My experience as a breast cancer survivor over the past four years has led me to the most interesting scholarship experiences, but in September I was invited to attend and speak at the 2013 African Breast and Cervical Cancer Advocacy, Education and Outreach Summit in Kampala, Uganda. This would be the first conference of it’s kind in Africa and for me, the opportunity to make an impact. Earlier in the year while lobbying at a National level with advocates from Nigeria and Ibadan, I learned how African countries lacked the infrastructure to safely support newly diagnosed women through therapy. Uganda continues to lead East Africa with its Cancer Center and 11 Medical Oncologists thanks to the support of the Fred Hutchinson Cancer Research Center and the University of Washington. The opportunity to meet the Ministers of Health, NGOs, advocates, doctors, researchers, volunteers and survivors enticed me to attend the Summit in addition to presenting my idea on a program called Survivors in Science. I shared information on scholarships and opportunities for those wanting to bridge information from science to the survivors themselves. The conference was created in partnership with the Breast Cancer Initiative East Africa, which was founded here in Houston by Philippa Kibugu-Decuir, and the local Uganda Women’s Cancer Support Organization.
Then, just two weeks before the summit, I received a ticket for my flight to Uganda and only then, did I get all the required vaccinations and malaria medications needed to travel!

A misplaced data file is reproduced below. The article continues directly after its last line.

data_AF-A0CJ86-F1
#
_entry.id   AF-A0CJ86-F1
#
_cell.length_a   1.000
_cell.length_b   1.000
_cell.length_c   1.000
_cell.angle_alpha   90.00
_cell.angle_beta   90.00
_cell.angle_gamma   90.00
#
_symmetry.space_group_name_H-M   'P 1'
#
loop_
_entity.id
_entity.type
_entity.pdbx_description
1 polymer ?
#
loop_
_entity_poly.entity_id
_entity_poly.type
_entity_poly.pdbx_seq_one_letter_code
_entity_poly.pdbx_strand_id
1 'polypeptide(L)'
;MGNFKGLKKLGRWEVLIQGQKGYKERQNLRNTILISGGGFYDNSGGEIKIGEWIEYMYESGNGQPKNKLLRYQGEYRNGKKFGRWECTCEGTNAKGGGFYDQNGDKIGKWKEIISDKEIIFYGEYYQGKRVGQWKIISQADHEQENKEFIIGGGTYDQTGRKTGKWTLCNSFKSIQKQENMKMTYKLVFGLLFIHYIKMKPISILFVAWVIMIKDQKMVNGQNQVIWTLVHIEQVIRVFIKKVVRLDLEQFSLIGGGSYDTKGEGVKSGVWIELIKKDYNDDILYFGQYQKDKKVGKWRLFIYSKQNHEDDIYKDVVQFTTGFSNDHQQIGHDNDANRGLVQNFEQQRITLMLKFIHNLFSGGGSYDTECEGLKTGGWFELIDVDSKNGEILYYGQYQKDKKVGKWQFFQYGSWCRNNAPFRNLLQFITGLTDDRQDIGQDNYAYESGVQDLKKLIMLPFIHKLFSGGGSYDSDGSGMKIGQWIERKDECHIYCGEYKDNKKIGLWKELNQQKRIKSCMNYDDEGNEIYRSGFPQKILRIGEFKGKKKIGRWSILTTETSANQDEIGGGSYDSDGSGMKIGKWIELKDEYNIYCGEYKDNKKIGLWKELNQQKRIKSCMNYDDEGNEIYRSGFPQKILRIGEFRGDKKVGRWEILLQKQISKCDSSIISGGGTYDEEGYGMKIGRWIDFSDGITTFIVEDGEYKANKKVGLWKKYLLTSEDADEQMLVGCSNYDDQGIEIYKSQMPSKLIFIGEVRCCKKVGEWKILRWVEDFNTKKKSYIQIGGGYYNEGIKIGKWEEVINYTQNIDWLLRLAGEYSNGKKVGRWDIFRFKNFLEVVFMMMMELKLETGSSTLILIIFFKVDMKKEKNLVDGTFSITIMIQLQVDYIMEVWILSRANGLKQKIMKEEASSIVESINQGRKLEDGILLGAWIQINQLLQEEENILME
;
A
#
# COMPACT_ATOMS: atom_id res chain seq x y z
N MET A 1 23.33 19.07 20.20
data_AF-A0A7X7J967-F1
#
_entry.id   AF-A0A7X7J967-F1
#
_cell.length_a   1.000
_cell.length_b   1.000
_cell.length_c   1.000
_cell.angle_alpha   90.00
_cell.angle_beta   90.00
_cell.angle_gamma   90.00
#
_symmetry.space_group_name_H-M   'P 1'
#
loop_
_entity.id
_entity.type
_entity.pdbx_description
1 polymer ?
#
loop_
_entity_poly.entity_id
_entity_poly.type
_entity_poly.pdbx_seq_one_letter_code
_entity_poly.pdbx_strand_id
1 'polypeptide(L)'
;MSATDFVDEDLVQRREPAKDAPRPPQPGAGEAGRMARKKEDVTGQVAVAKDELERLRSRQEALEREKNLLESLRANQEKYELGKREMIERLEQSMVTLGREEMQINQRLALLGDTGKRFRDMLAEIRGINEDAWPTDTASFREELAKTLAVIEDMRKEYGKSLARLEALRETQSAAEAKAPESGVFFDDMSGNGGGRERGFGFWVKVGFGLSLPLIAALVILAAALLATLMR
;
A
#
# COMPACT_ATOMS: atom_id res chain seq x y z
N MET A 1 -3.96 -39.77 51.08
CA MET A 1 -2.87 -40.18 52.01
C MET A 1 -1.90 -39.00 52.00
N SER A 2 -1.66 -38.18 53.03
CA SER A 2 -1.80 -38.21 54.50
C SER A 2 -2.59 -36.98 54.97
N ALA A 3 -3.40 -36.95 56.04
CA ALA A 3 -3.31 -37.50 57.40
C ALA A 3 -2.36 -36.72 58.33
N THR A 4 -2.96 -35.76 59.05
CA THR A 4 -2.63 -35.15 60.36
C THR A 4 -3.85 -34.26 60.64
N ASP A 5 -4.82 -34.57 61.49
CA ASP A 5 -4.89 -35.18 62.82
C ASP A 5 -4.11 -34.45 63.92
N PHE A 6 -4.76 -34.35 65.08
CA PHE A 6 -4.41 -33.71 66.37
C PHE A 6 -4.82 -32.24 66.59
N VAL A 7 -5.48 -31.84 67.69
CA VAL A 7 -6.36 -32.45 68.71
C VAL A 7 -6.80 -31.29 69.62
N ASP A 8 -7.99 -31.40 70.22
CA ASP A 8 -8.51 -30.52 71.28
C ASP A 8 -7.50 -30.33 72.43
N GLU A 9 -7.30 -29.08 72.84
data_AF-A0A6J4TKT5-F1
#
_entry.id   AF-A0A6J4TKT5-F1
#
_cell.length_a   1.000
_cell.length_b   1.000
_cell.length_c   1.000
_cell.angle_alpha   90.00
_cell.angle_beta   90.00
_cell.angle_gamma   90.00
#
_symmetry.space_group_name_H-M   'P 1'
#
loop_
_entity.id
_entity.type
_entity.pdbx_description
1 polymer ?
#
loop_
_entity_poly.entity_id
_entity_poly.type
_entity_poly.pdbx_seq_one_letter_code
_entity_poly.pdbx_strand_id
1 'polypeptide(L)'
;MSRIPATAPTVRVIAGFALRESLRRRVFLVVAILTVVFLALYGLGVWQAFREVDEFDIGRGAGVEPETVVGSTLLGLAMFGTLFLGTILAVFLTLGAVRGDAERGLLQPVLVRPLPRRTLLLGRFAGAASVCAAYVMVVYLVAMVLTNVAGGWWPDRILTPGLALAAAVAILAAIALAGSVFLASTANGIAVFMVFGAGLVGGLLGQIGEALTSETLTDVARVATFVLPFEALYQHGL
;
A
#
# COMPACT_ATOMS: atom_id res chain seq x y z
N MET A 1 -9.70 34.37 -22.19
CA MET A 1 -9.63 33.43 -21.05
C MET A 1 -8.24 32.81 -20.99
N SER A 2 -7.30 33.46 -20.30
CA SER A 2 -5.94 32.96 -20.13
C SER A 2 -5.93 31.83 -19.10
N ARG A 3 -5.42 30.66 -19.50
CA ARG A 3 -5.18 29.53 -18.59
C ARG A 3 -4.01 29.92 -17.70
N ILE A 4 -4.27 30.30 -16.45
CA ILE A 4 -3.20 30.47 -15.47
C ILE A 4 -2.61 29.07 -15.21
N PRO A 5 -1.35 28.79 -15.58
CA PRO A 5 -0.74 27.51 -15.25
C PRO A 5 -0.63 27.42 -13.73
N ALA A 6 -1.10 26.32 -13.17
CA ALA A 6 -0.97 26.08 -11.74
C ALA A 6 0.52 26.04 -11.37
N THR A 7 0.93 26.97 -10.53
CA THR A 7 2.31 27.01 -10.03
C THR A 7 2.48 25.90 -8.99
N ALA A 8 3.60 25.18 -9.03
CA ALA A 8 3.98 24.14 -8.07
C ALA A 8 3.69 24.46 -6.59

Flying to Uganda with two other survivors Philippa and Joyace Ussin, an oncology nurse from MD Anderson took a total of almost 36 hours but it was all worth it when the Summit finally came together and started. From a secure hotel the conference room was filled with a total of 75 in attendance including local Ministers of Health, doctors, advisors, researchers, survivors, advocates and volunteers representing 8 different countries all under the direction of Dr. Julie Gralow, Endowed Professor in Breast Cancer, Professor, Department of Medicine, Division of Medical Oncology and Adjunct Professor, Department of Global Health from the Fred Hutchinson Cancer Center and the University of Washington. In 2003, she launched Women’s Empowerment Cancer Advocacy Network or WE CAN to connect countries to improve women’s health through education, advocacy, sharing and reaching out. The 501(c)3 nonprofit specifically works to empower areas of limited resources with education, networking and the inspiration needed to overcome limitations to access to care. If advocates can’t get the resources they need through public channels, then she helps them work privately to bring in resources to screen women, referring any suspicious cases through available health channels.